The "zone of interest" test is a guide for deciding whether, in view of Congress' evident intent to make agency action presumptively reviewable, a particular plaintiff should be heard to complain of a particular agency decision. In cases where the plaintiff is not itself the subject of the contested regulatory action, the test denies a right of review if the plaintiff's interests are so marginally related to or inconsistent with the purposes implicit in the statute that it cannot reasonably be assumed that Congress intended to permit the suit. The test is not meant to be especially demanding; in particular, there need be no indication of congressional purpose to benefit the would-be plaintiff.
Id. at 399-400, 107 S.Ct. 750 (footnote omitted). Rather than examining whether Congress specifically intended to benefit the plaintiff, the "zone of interest" inquiry consists of "first discern[ing] the interests arguably ... to be protected by the statutory provision at issue" and "then inquir[ing] whether the plaintiff's interests affected by the agency action in question are among them." NCUA, 522 U.S. at 492, 118 S.Ct. 927 (ellipsis in original) (internal quotation marks omitted).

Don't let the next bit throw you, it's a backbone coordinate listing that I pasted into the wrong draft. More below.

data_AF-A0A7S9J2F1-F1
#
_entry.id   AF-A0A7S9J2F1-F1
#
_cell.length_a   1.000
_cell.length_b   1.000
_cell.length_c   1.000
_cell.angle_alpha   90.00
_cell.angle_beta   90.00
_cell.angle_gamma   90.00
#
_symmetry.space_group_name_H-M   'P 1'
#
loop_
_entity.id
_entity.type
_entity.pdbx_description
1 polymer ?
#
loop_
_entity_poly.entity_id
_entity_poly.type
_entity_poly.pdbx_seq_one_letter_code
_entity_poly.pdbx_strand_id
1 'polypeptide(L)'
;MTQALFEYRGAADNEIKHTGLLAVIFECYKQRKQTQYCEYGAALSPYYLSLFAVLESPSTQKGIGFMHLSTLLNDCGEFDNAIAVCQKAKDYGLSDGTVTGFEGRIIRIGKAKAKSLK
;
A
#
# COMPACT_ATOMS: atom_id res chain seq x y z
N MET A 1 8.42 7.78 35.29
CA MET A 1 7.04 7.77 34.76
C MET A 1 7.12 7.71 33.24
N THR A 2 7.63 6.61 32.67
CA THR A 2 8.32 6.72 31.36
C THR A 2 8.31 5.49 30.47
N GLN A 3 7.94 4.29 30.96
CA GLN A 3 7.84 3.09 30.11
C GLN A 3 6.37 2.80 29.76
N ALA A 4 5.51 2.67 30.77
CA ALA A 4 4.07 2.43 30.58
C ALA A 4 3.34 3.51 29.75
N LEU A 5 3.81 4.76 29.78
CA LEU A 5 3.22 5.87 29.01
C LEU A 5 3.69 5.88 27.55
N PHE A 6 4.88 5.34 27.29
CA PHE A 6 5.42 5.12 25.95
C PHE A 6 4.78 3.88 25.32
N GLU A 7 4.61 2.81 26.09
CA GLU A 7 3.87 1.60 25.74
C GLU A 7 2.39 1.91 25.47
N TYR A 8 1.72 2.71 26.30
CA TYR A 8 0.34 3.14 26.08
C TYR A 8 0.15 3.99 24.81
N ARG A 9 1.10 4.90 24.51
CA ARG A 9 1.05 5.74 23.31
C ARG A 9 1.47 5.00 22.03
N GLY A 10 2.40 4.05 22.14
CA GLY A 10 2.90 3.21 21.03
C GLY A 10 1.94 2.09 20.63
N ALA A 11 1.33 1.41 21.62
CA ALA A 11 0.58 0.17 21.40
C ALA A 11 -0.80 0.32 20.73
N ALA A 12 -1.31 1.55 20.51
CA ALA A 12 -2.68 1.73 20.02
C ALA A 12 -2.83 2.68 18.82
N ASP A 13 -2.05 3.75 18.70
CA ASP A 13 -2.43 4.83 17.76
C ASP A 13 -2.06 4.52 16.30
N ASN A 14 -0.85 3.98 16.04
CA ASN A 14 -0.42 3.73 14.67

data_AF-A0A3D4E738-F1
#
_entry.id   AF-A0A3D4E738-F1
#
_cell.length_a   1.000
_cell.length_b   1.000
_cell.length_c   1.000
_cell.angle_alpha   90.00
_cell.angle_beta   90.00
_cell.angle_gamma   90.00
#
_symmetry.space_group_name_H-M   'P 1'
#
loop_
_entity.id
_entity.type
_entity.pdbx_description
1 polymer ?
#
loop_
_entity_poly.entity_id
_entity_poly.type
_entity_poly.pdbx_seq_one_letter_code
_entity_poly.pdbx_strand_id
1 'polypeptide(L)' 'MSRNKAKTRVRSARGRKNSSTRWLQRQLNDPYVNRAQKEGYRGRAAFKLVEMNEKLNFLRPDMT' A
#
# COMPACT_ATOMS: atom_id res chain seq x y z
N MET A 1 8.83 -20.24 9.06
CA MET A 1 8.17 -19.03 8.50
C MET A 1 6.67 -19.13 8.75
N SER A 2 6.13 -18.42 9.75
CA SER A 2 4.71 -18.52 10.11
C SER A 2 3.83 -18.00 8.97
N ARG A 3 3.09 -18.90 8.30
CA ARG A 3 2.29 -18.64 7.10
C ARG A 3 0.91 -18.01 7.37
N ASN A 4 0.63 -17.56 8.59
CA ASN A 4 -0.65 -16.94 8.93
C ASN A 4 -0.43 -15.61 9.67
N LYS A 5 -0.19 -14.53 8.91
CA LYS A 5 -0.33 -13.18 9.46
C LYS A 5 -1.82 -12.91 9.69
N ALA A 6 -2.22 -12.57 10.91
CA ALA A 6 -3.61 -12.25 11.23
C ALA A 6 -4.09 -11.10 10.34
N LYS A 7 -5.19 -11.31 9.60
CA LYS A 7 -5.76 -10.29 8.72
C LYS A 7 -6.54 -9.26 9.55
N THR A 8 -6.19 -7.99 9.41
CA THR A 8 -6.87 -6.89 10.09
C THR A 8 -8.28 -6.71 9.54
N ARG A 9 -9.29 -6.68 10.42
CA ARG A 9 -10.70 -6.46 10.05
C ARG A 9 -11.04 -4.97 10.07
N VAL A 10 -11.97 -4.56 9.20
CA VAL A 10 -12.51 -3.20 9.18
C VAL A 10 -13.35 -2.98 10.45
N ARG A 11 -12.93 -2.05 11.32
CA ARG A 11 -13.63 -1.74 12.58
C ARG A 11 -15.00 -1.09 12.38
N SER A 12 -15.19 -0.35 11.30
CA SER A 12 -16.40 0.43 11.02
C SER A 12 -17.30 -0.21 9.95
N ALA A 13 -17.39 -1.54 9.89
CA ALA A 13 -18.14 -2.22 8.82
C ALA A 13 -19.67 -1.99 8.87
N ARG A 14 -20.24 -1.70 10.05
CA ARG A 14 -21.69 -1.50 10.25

The plaintiffs in the present case have a particular interest in retaining their government jobs at the Base. They also assert a more general interest in ensuring that the government conforms to the applicable laws in making outsourcing decisions. But this generalized grievance, which presumably would be shared by all citizens, is insufficient to satisfy the prudential standing requirements. Coal Operators & Assocs., Inc., v. Babbitt, 291 F.3d 912, 916 (6th Cir.2002) (explaining that for the purpose of prudential standing, "a plaintiff's claim must be more than a `generalized grievance' that is pervasively shared by a large class of citizens") (citing Valley Forge Christian College v. Americans United for the Separation of Church and State, Inc., 454 U.S. 464, 474-75, 102 S.Ct. 752, 70 L.Ed.2d 700 (1982)); Nat'l Fed'n of Fed. Employees v. Cheney, 883 F.2d 1038, 1047 (D.C.Cir.1989) (Cheney) ("Appellants may have many `interests,' but for zone of interest purposes we must look to their particular interests, not to the interests amounting to generalized grievances of all citizens.").